The civil case brought by Haas against the Grand Lodge of West Virginia has reportedly cost the GL on the order of $100,000 so far, which has included their hiring of a private investigator.
If all of this is new to you, here are previous entries:
West Virginia Past Grand Master Expelled
West Virginia: The Continuing Crisis
West Virginia: The Saga Continues
West Virginia: The Continuing Crisis II
New York, Meet West Virginia
New Twists in West Virginia
I honestly wish both sides would blink on this and get back to the work of making Freemasonry in West Virginia the very best it can be. Nothing good can come from this continued standoff.
Nick at the Millennial Mason explains Minnesota's actions a little better:
I have looked at the different messages throughout the Internet, and I would like to clear up some miscommunications about the motion (which carried) concerning the Grand Lodge of West Virginia. The motion does not revoke recognition immediately nor even at the next Communication. The motion charges the External Relations committee to look into the regularity of the Masonic practices of the Grand Lodge of West Virginia and to report its findings to the Craft next year. At that time, it is possible that the Grand Lodge will vote on withdrawing recognition of the Grand Lodge of West Virginia.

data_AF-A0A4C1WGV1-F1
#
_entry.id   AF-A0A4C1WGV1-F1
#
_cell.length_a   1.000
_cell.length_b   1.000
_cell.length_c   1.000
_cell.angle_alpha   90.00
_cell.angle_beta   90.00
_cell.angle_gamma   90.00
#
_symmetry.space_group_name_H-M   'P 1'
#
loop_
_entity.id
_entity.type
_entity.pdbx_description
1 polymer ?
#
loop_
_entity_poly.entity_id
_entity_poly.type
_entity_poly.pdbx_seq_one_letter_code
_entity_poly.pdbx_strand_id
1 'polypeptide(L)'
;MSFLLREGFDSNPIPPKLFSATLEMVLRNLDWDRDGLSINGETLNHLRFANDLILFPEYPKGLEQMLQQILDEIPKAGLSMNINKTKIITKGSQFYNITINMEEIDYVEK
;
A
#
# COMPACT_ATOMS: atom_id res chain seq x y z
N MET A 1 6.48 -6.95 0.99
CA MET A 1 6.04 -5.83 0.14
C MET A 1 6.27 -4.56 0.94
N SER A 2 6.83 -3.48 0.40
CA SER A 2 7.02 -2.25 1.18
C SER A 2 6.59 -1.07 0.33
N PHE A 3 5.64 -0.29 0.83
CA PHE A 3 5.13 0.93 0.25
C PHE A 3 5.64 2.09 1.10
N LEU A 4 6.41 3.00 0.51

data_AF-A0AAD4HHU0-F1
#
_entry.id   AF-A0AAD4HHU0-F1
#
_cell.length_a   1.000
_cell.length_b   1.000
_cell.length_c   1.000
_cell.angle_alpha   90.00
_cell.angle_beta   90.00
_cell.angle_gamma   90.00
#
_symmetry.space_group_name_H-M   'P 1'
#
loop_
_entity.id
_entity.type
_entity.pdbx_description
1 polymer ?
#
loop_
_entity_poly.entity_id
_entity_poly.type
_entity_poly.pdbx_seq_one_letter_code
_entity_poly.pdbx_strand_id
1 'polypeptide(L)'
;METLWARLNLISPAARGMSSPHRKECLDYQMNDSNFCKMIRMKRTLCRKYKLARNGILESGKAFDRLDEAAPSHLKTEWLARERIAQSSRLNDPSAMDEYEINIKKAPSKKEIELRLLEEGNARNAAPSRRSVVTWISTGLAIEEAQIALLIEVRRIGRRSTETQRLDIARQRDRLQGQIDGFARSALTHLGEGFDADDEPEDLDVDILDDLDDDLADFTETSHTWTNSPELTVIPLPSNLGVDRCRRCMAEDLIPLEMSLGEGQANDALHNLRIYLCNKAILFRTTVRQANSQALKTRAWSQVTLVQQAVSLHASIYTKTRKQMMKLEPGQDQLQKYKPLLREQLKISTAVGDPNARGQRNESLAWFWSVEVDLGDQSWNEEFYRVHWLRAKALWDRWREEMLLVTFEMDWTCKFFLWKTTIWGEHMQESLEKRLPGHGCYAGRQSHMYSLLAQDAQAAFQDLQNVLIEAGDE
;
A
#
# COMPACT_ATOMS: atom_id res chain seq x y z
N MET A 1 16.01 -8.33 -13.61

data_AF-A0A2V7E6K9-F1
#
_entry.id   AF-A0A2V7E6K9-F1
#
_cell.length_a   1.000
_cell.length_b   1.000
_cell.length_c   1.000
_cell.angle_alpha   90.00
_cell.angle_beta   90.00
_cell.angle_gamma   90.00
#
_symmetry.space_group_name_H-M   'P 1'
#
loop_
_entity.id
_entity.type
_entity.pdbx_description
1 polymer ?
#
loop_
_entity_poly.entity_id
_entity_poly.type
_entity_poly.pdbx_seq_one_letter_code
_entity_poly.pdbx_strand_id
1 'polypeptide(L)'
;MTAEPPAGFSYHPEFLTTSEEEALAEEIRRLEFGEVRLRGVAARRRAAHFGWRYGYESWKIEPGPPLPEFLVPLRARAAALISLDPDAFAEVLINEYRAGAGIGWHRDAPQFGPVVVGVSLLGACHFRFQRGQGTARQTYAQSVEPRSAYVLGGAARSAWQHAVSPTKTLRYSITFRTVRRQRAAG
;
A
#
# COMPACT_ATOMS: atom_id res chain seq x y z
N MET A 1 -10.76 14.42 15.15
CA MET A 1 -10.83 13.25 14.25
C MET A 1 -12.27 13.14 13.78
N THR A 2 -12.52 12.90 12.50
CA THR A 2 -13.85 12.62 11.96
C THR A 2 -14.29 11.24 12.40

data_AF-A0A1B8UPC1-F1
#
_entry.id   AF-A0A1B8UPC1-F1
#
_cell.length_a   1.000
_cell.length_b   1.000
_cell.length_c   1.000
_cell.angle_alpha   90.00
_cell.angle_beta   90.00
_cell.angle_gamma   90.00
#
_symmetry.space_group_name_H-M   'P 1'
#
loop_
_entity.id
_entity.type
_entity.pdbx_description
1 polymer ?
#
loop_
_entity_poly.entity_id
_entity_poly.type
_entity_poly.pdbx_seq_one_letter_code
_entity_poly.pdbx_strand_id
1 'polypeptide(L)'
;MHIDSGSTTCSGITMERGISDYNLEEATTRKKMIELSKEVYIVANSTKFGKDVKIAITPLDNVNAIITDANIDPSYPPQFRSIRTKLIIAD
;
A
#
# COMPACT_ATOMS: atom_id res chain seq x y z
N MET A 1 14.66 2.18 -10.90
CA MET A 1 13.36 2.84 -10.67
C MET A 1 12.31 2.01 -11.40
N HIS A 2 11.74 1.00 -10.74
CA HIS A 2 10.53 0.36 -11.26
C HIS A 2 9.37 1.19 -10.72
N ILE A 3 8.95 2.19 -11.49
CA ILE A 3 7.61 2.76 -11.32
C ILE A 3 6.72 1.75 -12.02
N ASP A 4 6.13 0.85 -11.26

The resolution reads:
Whereas the Grand Lodge of West Virginia has arbitarily and recklessly ignored the will of their brethren, expelling a Past Grand Master without trial or redress, violating the ancient customs and tenets of our Fraternity and bring shame and disrepute on all Masons and Freemasonry, and
Whereas they have been named in a civil suit further bringing the Craft into public disrepute and score,
Therefore be it resolved that the Grand Lodge of Minnesota expresses its concern over these actions and wil consider suspending recognition of the Grand Lodge of West Virginia upon the recommendation of our External Relations Committee at our next Annual Communication in 2010 if there is not correction of these actions and a renewed willingness by the Grand Lodge of West Virginia to enter into the modern fraternity of Freemasonry.